Like the mainframe, which was said to be dead decades ago but has remained a meaningful business, the PC will almost certainly cheat death. True, mobile devices like the iPad will continue to gore PC sales. Those mobile devices, though, will most likely never satisfy spreadsheet masters, film editors and other workers who depend on multiple screens and the precision of a keyboard and mouse.
The PC as we know it will continue to hang around mostly for workers that need to customize docs and edit professional video and images.
But it’s also clear that tablets predominantly for consumption will adopt PC work capabilities. The hybrid tablet with PC-like usability is the future. Only then do PCs “become something like trucks.”
Facebook is Microsoft. Twitter is Apple. Ironically, that’s exactly how it may pan out.
Microsoft is a Facebook investor. Apple may soon count itself as a major Twitter investor.
Facebook doesn’t get along with Apple. Twitter could care less about mediocre Microsoft powered devices.
Facebook is about mass, a hoarder of the world’s global population. Twitter focuses on its rabid 140 million strong user base to spread the global message.
Facebook is ineffectively monetizing mobile ads. Twitter makes more money on mobile devices than its desktop.
Facebook design is clunky and inconsistent across devices. Twitter design is pretty much the same on computer, mobile, and tablet via its standard roll.
Facebook embraces mutual relationships. Twitter is a public forum.
For Facebook, more of everything is better. For Twitter, less is more.
There are clear and deliberate philosophical differences between Facebook and Twitter, much like there is between Microsoft and Apple. Hardware and social behavior mimic each other.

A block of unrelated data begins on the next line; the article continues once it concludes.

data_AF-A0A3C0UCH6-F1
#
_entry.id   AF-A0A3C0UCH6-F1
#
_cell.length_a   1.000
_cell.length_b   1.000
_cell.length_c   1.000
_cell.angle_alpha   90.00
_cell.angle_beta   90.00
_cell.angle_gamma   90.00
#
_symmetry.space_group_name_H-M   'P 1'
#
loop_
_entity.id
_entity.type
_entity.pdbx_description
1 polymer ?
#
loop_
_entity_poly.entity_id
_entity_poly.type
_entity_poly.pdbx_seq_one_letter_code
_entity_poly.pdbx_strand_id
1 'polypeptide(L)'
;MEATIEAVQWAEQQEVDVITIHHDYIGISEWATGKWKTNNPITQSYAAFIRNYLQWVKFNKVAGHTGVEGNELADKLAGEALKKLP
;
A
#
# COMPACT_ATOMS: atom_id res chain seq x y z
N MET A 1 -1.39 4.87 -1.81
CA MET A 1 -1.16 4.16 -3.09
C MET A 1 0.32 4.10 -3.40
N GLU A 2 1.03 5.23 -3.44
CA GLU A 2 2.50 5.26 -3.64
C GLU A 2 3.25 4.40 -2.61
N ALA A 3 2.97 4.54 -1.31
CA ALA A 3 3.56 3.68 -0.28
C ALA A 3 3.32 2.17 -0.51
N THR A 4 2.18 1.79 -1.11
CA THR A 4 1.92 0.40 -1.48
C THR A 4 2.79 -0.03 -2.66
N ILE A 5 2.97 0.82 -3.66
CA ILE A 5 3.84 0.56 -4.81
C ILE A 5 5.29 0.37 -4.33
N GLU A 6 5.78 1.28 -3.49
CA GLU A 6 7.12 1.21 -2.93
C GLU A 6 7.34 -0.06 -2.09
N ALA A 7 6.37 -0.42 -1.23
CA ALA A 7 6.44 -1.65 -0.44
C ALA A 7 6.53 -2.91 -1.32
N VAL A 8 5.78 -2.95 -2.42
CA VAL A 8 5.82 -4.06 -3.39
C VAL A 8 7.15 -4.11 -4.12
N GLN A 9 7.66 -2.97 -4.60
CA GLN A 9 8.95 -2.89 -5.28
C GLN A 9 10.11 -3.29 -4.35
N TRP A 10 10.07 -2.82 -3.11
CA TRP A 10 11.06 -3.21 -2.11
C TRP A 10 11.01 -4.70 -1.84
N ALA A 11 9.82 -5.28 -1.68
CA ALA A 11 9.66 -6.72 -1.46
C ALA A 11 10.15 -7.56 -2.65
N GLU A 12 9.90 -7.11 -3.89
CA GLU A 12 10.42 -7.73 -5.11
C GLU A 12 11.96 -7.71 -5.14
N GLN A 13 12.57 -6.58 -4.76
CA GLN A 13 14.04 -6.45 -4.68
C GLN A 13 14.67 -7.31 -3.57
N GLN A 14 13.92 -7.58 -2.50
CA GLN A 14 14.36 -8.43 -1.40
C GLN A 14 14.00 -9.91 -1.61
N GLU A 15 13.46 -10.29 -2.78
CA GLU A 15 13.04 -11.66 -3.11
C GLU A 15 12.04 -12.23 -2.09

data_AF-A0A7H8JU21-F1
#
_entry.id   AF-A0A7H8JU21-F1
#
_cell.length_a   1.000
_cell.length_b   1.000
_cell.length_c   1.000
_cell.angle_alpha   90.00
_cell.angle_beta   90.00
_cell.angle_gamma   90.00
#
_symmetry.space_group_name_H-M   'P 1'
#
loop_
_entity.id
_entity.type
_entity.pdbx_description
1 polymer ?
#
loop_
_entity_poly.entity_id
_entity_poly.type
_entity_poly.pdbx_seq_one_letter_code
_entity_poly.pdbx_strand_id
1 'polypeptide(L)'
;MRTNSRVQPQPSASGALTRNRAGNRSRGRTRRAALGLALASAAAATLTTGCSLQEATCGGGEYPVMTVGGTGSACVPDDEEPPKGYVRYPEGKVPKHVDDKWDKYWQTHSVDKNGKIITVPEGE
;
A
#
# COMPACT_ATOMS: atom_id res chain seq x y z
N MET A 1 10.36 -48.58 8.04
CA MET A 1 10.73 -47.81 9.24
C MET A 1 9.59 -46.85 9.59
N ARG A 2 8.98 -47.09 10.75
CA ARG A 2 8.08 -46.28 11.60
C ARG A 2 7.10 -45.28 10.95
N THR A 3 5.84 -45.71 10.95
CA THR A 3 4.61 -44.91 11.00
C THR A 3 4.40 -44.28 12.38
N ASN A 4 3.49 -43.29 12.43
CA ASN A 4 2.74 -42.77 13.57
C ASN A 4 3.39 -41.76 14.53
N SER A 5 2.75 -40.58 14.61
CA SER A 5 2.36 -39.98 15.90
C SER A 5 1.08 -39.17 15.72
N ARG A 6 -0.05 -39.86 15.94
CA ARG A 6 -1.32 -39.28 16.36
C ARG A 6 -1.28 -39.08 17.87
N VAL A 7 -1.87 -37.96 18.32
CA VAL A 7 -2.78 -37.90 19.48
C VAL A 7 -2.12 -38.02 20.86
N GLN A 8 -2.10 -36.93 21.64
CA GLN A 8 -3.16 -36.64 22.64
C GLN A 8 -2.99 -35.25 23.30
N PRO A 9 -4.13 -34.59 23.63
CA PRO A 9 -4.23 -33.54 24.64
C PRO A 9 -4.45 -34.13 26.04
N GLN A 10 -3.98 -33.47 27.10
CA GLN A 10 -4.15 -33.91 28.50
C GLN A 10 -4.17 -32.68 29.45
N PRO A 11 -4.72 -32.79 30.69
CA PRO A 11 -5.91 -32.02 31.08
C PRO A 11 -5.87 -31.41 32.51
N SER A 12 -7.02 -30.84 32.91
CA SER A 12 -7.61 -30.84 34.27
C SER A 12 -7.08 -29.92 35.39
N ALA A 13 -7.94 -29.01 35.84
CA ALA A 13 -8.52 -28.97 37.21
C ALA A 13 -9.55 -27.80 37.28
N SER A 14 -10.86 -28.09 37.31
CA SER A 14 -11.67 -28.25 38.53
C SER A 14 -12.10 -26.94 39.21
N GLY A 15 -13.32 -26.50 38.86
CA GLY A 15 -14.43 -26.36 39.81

The arms race continues.
Barnes and Noble is all we have left, like Tower Records and the Virgin record stores of past.
Except Barnes is even losing its browser allure. People don’t discover books at Barnes anymore. They get book recommendations from social networks, blogs, and Amazon.
The Barnes and Noble book store is more of a Starbucks hangout and work place than a place to buy books.
The reality is is that Barnes will one day have to shut down its stores or attempt to remake them as it’s doing with its eBook business.
Here’s two suggestions on recasting itself:
1. Make Barnes and Noble an even better place to hangout, drink coffee, and read eBooks.
2. Make the Nook available upon entry as are newspapers and magazines at Starbucks and dentist offices.
We have to admire the tenacity (inevitable survival strategy) Barnes and Noble is showing in the eReader and eBook fight. It has to stay relevant. There’s too much brand equity at stake.
Barnes and Noble should buck the trend of dying brick and mortar stores. With a little downsizing and tweaking it could turn its stores into inspiring places to read (e)books.